Wednesday, August 31, 2011

Reaction: Effectively Communicating Numbers,Selecting the best means and manner of display

This paper describes the fundamentals to focus on before we build a visual representation of information. The paper addresses the fact that the process of creating a good visual representation of data is not random but rather precise and scientific. Each step of the visual representation selection and design is presented concisely, yet proficiently. The author has taken pains to illustrate his points with wonderful graphical examples, perhaps emphasizing on how effective visualization can be, if they are planned and constructed correctly. The seven common relationships of quantitative data and utilization scenarios for basic 2-D representational visualizations like tables, points, bars, line graphs and boxes are well presented. Sticking to light and natural colour schemes rather than varied, dark colours that can overwhelm readers and the importance of appropriate positioning of different elements of the visualization are some good points made by the author.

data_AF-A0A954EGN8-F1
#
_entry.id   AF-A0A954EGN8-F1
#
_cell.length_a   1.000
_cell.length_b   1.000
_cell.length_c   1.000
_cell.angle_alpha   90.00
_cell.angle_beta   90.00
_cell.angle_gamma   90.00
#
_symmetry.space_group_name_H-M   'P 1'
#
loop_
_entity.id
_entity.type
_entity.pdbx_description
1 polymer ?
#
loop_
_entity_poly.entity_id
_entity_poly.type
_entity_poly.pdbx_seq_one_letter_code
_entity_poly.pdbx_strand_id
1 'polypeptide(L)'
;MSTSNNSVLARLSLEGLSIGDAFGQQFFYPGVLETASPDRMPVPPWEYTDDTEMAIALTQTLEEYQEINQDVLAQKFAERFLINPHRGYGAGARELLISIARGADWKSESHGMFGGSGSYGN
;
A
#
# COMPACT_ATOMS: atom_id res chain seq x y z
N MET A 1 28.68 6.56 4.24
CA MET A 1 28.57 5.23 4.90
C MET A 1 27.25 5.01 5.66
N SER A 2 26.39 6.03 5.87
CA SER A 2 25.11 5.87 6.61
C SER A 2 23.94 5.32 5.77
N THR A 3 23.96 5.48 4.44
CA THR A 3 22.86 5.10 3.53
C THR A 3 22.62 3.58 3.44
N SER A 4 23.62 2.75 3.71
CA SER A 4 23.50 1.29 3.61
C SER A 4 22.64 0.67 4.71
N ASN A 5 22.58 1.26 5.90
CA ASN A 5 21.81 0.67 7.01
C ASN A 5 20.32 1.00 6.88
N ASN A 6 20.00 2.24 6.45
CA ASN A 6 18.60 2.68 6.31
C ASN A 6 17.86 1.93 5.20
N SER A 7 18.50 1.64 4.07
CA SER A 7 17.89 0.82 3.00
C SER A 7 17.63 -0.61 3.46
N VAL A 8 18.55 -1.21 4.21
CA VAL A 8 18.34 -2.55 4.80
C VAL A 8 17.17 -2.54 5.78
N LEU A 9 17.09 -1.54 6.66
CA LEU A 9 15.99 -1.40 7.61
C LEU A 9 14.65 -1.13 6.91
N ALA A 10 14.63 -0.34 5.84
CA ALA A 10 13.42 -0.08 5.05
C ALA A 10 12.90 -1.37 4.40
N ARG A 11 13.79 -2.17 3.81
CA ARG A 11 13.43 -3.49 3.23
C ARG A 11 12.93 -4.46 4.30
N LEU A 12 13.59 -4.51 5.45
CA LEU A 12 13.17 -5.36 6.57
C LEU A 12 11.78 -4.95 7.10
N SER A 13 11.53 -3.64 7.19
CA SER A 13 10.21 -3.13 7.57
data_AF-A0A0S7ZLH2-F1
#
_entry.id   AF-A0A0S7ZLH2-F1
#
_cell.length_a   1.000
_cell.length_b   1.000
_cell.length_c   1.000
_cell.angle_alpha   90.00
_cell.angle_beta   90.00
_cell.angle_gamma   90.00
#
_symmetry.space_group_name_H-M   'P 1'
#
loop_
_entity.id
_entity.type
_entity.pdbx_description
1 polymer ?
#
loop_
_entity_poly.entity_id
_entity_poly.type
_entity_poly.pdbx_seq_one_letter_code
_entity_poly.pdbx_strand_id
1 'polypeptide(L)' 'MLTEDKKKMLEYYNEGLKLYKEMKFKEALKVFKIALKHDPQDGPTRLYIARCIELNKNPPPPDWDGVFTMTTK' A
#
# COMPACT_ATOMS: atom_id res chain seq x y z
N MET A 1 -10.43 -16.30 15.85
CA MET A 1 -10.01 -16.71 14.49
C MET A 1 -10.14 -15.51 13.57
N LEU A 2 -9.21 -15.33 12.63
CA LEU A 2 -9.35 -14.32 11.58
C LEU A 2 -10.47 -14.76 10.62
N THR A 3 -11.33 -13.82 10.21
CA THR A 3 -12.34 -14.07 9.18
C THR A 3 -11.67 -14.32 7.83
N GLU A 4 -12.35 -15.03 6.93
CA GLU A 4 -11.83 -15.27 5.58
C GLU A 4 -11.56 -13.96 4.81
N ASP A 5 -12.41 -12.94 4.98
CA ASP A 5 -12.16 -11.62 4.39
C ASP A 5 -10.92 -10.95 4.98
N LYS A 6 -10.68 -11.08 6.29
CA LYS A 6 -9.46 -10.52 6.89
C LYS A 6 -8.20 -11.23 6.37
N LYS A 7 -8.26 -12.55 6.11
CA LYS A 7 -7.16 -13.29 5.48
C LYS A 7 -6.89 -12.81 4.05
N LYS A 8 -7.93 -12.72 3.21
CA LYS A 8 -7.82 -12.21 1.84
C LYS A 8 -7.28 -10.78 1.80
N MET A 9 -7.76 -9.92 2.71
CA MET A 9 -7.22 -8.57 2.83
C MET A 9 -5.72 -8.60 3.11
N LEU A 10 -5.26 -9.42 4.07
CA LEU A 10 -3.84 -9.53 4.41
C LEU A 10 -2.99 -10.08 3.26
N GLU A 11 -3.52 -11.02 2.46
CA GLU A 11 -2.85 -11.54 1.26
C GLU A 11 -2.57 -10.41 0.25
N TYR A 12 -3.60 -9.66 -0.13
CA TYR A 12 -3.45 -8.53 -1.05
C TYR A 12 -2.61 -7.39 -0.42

I disagree with the authors on a couple of points.Firstly, though the author defines the difference between nominal, ordinal and interval scales well,one example of his regarding the months of the year being an interval scale is a bit dicey. In my opinion, a time scale could also be viewed as an ordinal scale (a precise ordering among the months without a quantitative unit being attached to the months).It is a matter of perception,after all.Secondly, I disagree with the author's view on novel ,unconventional visualizations. The author starts the paper with an office story detailing essentially not to try something fancy as it may lead to misinformation. This may be true in many cases, but it must be acknowledged that dramatic, novel representations may sometimes be needed to deliver a strong message. (Example: Florence Nightingale’s rose diagram).